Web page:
DDoS attack on Dyn took down the bulk of the internet on Friday

Grace Macej 24 Oct 2016

While you were refreshing tabs and restarting apps, big things were taking place behind the scenes of this notable attack.

Many of us noticed that some of our favorite websites were acting a little strangely on Friday. Perhaps your tweets were failing to load or your connection to Spotify was wonky. Instead of brushing this off as the result of any regular online bug or unreliable Wi-Fi, take a moment to realize that these sites’ behavior was caused by a massive online attack that wiped out a significant portion of the Internet for hours on end.

While you were frustratedly refreshing your tabs and restarting apps, here’s what was happening behind the scenes of this notable attack: hackers used publicly available source code to assemble a botnet army of Internet-enabled devices -- cameras, printers, and so on -- to launch a distributed denial of service (DDoS) attack. As we’ve previously written, DDoS attacks occur when cybercriminals inundate a server with a mass amount of fake requests for information, rendering them unable respond to authentic ones.

Avast senior security evangelist Tony Anscombe further explains the workings of DDoS attacks:

“Attacks of this type are launched by cybercriminals or organizations attempting to prevent companies or governments from carrying out their business. The artificial traffic is typically generated through botnets – this is where vulnerabilities in operating systems, routers, and even IoT devices can be targets. The devices used are either controlled by malware or through default passwords in routers and devices that have not been changed. By using thousands of devices, they can launch massive artificial traffic volumes that swamp the servers being attacked so that legitimate traffic cannot be served.”

Beware of low-hanging fruit on the dark web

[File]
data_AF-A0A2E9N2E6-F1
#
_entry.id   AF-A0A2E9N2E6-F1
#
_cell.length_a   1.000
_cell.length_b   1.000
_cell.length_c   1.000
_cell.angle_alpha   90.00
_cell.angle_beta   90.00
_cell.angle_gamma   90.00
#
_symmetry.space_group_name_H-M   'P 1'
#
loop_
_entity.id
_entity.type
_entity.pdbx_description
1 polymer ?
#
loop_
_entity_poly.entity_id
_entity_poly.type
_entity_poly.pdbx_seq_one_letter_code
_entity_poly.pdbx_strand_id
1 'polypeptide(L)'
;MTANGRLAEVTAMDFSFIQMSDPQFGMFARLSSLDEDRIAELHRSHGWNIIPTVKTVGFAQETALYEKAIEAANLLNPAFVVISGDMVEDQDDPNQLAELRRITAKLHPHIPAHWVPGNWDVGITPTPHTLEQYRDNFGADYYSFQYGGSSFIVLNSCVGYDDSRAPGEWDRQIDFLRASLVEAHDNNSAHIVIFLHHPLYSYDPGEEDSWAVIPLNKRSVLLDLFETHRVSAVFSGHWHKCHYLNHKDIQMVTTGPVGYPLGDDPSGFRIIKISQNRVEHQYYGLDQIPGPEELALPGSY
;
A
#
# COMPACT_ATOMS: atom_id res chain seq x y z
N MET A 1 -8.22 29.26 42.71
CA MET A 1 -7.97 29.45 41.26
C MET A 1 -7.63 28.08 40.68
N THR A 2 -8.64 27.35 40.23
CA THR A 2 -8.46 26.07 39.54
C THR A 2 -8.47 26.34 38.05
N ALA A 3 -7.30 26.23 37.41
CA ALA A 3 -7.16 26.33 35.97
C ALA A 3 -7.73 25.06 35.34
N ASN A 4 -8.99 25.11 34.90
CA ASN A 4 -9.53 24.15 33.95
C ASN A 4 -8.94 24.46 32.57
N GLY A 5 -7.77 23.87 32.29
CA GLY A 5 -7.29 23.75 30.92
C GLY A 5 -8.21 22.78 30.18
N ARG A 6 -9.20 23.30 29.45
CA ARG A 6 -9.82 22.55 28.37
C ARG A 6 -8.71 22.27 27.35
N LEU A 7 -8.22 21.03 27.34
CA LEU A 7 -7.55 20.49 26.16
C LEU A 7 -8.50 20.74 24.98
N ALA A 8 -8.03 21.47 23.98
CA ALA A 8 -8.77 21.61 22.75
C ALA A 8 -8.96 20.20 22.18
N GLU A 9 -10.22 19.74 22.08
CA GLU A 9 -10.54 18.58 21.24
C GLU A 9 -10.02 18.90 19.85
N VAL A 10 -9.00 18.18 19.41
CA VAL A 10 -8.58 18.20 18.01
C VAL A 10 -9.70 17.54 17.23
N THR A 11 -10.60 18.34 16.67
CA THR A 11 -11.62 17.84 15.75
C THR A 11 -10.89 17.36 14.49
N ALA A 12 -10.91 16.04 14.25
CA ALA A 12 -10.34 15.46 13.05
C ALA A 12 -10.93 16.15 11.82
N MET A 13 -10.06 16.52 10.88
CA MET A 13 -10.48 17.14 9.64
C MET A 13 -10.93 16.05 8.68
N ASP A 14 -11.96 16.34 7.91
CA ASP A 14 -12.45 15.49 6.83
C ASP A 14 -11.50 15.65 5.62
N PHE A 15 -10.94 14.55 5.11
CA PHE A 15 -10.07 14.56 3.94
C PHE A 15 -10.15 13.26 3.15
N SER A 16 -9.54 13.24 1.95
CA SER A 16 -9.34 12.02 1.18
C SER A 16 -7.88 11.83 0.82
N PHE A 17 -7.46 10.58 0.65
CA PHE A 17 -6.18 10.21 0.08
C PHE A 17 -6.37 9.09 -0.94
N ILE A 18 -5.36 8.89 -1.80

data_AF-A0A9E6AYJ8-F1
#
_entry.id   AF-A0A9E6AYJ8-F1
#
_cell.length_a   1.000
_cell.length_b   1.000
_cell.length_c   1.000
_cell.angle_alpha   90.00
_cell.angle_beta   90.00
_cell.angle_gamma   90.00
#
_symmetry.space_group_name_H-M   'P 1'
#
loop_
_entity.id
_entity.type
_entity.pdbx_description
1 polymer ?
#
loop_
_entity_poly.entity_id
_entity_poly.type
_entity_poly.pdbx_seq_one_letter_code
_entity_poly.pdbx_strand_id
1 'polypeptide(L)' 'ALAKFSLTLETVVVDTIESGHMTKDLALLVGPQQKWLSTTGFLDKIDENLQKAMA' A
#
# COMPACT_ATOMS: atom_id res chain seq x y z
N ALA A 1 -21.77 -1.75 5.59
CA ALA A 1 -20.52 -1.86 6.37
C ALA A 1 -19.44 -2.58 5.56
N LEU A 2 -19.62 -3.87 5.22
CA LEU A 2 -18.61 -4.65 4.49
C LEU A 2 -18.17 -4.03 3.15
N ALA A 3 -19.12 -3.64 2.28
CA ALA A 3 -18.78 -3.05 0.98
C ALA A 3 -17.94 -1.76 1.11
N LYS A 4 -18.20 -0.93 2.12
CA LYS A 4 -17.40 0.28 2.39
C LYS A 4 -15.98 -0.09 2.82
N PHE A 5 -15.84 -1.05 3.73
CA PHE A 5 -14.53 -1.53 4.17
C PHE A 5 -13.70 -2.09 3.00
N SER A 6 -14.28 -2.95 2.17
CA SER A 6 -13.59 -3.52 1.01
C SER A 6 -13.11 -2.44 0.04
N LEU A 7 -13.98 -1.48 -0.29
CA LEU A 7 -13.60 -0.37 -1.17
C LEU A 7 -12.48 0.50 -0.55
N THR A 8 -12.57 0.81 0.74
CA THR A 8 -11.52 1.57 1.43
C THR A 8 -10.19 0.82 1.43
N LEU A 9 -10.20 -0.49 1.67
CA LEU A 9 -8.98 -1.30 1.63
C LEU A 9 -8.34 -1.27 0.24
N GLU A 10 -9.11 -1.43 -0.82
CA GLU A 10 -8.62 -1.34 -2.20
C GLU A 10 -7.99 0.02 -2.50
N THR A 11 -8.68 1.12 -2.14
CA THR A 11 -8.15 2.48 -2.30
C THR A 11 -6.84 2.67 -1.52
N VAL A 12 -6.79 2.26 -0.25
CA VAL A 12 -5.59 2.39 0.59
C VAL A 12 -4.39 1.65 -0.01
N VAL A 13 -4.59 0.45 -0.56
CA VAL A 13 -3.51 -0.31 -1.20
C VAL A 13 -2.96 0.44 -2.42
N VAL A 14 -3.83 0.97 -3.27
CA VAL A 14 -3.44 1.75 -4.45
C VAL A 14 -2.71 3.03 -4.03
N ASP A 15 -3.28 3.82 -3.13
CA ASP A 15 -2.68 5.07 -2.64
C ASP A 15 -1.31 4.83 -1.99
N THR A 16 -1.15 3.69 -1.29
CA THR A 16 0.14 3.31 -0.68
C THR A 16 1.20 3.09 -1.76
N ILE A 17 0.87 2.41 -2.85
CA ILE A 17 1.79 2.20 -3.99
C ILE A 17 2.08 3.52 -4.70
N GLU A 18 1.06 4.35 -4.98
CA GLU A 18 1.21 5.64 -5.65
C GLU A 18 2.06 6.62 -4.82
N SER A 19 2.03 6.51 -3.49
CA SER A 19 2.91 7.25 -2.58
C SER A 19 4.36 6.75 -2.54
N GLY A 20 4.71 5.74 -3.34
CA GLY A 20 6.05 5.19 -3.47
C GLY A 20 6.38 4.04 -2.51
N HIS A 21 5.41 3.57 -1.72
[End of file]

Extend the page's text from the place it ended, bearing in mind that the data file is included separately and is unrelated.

If the DDoS attack itself wasn’t already troubling enough, it gets worse. The hackers behind this attack were able to obtain the source code that made this hack possible through the dark web. The program in question is named Mirai, a program so easy to use that even unseasoned hackers can easily get the hang of it. Mirai allows cybercriminals to take control of connected devices, using them to launch DDoS attacks.

In the case of this hack, DNS provider Dyn was attacked and left incapable of overseeing and directing Internet traffic. The attack kept users from accessing some of today’s biggest names in online media, including Twitter, Spotify, Tumblr, Netflix, Amazon, and Reddit, as well as other sites.

Anscombe continued: "The DNS attack on Dyn underscores the critical need for business, especially service providers, to be proactive about putting advanced security protection in place. Providers like Dyn, who offer access to very high Internet traffic because of the nature of their business services, are attractive targets for DDoS attacks as the disruption can maximize the disruption caused through the attack. There is also significant responsibility on the IoT industry to ensure devices are secure and are not vulnerable to being exploited by cybercriminals for use in botnets. Secure by design should be the starting point for any IoT device.

"Businesses and consumers also need to ensure they have up-to-date security software on PCs, Macs, smartphones and secure devices so that they can not be used to generate unauthorized traffic. Businesses that want to proactively mitigate against such attacks should contact a specialist security reseller for advice on how to secure their infrastructure."

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